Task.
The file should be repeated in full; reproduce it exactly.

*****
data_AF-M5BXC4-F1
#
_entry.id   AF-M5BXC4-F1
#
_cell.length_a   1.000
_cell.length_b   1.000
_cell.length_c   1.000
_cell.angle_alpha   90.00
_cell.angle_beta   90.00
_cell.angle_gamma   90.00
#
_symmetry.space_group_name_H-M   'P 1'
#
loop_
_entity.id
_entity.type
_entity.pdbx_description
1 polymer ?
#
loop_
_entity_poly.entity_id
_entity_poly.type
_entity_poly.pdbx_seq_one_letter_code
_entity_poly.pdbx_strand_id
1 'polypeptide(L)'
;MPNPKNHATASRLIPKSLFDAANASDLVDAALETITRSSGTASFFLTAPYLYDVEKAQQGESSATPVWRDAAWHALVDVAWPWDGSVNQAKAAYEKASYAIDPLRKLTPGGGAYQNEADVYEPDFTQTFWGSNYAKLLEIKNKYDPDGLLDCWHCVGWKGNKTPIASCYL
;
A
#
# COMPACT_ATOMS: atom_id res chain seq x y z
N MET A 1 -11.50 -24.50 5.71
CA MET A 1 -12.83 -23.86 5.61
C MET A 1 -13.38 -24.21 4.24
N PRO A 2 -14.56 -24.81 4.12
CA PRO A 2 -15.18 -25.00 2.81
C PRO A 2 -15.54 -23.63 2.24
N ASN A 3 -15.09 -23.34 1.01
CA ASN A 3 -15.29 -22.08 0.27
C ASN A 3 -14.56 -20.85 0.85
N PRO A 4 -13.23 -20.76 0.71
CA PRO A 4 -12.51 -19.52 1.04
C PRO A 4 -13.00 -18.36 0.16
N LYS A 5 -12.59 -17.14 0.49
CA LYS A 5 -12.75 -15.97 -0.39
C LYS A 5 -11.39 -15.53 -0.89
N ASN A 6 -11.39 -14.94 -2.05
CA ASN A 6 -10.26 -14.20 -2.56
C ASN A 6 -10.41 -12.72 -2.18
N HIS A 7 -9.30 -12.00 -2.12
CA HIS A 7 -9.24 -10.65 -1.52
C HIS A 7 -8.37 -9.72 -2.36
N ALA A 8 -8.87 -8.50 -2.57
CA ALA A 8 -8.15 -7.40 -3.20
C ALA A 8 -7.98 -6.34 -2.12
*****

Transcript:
data_AF-M5BXC4-F1
#
_entry.id   AF-M5BXC4-F1
#
_cell.length_a   1.000
_cell.length_b   1.000
_cell.length_c   1.000
_cell.angle_alpha   90.00
_cell.angle_beta   90.00
_cell.angle_gamma   90.00
#
_symmetry.space_group_name_H-M   'P 1'
#
loop_
_entity.id
_entity.type
_entity.pdbx_description
1 polymer ?
#
loop_
_entity_poly.entity_id
_entity_poly.type
_entity_poly.pdbx_seq_one_letter_code
_entity_poly.pdbx_strand_id
1 'polypeptide(L)'
;MPNPKNHATASRLIPKSLFDAANASDLVDAALETITRSSGTASFFLTAPYLYDVEKAQQGESSATPVWRDAAWHALVDVAWPWDGSVNQAKAAYEKASYAIDPLRKLTPGGGAYQNEADVYEPDFTQTFWGSNYAKLLEIKNKYDPDGLLDCWHCVGWKGNKTPIASCYL
;
A
#
# COMPACT_ATOMS: atom_id res chain seq x y z
N MET A 1 -11.50 -24.50 5.71
CA MET A 1 -12.83 -23.86 5.61
C MET A 1 -13.38 -24.21 4.24
N PRO A 2 -14.56 -24.81 4.12
CA PRO A 2 -15.18 -25.00 2.81
C PRO A 2 -15.54 -23.63 2.24
N ASN A 3 -15.09 -23.34 1.01
CA ASN A 3 -15.29 -22.08 0.27
C ASN A 3 -14.56 -20.85 0.85
N PRO A 4 -13.23 -20.76 0.71
CA PRO A 4 -12.51 -19.52 1.04
C PRO A 4 -13.00 -18.36 0.16
N LYS A 5 -12.59 -17.14 0.49
CA LYS A 5 -12.75 -15.97 -0.39
C LYS A 5 -11.39 -15.53 -0.89
N ASN A 6 -11.39 -14.94 -2.05
CA ASN A 6 -10.26 -14.20 -2.56
C ASN A 6 -10.41 -12.72 -2.18
N HIS A 7 -9.30 -12.00 -2.12
CA HIS A 7 -9.24 -10.65 -1.52
C HIS A 7 -8.37 -9.72 -2.36
N ALA A 8 -8.87 -8.50 -2.57
CA ALA A 8 -8.15 -7.40 -3.20
C ALA A 8 -7.98 -6.34 -2.12